Justice Clarence Thomas wasn’t willing to let Indiana’s nondiscrimination rule die a quiet death.

But Justice Clarence Thomas wasn’t willing to let Indiana’s nondiscrimination rule die a quiet death. Instead, he wrote an astonishing 20-page concurring opinion declaring that the rule is clearly constitutional—and, in the process, condemning many women who obtain abortions as willing participants in eugenicide. (Because Thomas says he wanted to “allow further percolation” of this issue in the lower courts before settling it, he joined his colleagues in refusing to review the case.)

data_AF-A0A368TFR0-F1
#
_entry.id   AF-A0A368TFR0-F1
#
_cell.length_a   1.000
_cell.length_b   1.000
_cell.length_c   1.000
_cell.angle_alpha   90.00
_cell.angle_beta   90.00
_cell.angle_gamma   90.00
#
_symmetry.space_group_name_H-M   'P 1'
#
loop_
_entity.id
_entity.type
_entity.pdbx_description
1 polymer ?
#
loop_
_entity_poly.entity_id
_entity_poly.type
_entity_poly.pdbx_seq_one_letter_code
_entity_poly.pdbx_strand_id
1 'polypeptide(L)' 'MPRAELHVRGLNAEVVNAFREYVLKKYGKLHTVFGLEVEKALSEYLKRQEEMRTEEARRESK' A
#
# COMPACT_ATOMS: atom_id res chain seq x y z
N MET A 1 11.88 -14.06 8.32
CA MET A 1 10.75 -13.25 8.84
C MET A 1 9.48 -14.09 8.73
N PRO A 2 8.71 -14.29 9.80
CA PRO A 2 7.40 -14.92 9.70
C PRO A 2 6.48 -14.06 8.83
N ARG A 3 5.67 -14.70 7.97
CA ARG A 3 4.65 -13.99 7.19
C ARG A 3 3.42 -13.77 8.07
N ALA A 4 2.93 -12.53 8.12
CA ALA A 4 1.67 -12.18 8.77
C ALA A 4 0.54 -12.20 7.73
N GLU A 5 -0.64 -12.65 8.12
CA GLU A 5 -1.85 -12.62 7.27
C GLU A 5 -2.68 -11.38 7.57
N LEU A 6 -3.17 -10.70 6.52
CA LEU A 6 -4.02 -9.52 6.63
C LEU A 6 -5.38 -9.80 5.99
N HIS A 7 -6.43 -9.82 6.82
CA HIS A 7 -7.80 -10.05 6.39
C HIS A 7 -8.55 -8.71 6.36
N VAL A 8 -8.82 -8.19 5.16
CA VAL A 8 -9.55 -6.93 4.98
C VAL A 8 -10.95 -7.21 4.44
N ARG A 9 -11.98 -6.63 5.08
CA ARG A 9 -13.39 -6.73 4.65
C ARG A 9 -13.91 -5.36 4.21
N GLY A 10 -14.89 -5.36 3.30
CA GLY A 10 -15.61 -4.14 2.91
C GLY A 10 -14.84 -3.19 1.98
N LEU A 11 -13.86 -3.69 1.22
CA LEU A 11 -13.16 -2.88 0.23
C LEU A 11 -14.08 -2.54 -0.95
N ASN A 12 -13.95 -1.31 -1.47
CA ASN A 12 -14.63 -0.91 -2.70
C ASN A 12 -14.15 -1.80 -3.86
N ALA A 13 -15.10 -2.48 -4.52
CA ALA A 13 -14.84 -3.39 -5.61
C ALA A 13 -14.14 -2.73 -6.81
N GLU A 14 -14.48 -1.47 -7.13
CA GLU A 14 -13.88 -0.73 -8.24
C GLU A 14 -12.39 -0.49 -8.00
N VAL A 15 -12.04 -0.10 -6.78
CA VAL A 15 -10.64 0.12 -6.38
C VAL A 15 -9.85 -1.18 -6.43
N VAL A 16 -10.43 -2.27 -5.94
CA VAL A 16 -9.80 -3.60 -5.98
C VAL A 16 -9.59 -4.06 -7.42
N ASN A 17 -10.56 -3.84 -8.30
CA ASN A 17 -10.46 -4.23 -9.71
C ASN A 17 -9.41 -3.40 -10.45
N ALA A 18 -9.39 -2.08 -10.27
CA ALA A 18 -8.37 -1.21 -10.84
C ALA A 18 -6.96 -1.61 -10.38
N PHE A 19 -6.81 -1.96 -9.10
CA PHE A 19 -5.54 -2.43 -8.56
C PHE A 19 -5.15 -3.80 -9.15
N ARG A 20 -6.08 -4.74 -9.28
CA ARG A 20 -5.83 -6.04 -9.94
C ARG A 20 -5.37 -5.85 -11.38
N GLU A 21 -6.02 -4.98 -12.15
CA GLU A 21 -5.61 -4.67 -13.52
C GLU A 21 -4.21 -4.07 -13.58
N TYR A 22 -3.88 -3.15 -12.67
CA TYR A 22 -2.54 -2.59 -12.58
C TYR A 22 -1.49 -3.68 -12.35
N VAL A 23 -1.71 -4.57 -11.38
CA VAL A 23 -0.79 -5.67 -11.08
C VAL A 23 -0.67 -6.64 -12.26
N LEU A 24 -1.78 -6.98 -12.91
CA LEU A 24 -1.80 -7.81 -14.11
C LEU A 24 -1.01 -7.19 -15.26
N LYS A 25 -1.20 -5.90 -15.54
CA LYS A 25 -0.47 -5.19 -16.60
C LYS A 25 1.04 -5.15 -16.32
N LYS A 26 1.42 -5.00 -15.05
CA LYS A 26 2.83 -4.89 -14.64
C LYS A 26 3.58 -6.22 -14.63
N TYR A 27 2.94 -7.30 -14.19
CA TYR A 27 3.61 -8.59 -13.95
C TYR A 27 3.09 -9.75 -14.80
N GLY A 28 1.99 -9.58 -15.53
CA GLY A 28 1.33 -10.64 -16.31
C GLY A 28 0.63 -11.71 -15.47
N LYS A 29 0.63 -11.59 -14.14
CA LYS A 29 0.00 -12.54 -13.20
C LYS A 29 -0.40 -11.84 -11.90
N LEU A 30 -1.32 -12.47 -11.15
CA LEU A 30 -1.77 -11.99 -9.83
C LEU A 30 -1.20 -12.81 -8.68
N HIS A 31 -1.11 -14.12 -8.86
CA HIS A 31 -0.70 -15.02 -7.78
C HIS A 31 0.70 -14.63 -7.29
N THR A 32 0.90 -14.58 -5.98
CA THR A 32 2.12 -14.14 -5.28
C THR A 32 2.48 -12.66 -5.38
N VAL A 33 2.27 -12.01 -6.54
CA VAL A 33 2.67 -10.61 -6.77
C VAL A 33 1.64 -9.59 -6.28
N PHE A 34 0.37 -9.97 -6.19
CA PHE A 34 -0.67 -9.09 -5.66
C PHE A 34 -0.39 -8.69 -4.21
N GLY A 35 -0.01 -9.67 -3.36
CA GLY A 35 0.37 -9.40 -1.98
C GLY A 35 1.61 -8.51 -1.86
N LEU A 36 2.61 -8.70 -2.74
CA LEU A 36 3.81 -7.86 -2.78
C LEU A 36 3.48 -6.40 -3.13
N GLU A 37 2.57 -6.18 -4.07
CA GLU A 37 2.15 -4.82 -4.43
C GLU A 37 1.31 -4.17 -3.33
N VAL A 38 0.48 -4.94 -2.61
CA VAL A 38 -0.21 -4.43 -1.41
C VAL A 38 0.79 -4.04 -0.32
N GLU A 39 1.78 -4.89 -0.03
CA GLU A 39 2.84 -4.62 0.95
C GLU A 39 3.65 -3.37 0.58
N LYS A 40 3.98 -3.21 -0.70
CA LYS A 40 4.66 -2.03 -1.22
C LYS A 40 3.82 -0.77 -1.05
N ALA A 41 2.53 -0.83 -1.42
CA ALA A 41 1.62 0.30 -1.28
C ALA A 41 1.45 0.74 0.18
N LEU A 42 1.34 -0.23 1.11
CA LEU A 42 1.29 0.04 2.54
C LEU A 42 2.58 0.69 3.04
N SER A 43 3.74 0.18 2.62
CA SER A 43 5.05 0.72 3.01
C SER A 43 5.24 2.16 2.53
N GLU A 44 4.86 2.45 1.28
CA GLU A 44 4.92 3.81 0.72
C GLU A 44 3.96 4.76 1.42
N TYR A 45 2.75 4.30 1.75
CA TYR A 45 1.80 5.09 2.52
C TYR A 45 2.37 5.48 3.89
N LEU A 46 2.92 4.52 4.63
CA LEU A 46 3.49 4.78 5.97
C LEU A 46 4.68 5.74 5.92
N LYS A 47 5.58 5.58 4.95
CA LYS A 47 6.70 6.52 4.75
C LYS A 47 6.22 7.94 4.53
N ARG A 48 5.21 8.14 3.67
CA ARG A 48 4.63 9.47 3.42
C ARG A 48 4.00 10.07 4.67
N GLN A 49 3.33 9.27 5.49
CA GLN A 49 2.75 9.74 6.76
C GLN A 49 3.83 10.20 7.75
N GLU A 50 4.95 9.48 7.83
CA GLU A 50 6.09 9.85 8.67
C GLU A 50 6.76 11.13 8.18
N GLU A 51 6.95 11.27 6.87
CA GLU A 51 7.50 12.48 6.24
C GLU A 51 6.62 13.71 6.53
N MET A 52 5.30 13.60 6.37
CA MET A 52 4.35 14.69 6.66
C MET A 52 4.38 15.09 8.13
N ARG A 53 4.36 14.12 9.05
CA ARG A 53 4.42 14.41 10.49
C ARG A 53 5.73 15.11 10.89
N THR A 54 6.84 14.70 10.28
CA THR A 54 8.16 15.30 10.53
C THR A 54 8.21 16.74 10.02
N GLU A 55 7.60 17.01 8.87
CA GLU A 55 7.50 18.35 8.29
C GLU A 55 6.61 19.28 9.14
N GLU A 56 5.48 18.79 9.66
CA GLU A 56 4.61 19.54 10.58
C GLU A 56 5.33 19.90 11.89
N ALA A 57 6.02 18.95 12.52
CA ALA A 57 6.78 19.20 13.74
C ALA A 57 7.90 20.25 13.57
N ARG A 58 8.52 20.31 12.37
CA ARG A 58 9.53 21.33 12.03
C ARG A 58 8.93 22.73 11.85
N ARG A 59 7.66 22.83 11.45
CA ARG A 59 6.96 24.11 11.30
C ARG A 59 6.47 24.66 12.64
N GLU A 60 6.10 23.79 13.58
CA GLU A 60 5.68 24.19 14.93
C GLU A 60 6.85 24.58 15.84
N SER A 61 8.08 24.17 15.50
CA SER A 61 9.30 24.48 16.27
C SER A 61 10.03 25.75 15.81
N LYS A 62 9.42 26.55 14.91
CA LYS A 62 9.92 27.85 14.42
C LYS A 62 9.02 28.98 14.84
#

Thomas began by insisting that the “foundations for legalizing abortion in America were laid during the early 20th-century birth-control movement,” which “developed alongside the American eugenics movement.” That’s not actually true: Abortion was legal at the founding, and states only began criminalizing abortion around the 1860s. Thomas is pushing a pro-life narrative that seeks to intertwine abortion and eugenics while ignoring history. To that end, he added that “Planned Parenthood founder Margaret Sanger recognized the eugenic potential of her cause. She emphasized and embraced the notion that birth control ‘opens the way to the eugenist.’ ”
Justice Clarence Thomas wasn’t willing to let Indiana’s nondiscrimination rule die a quiet death.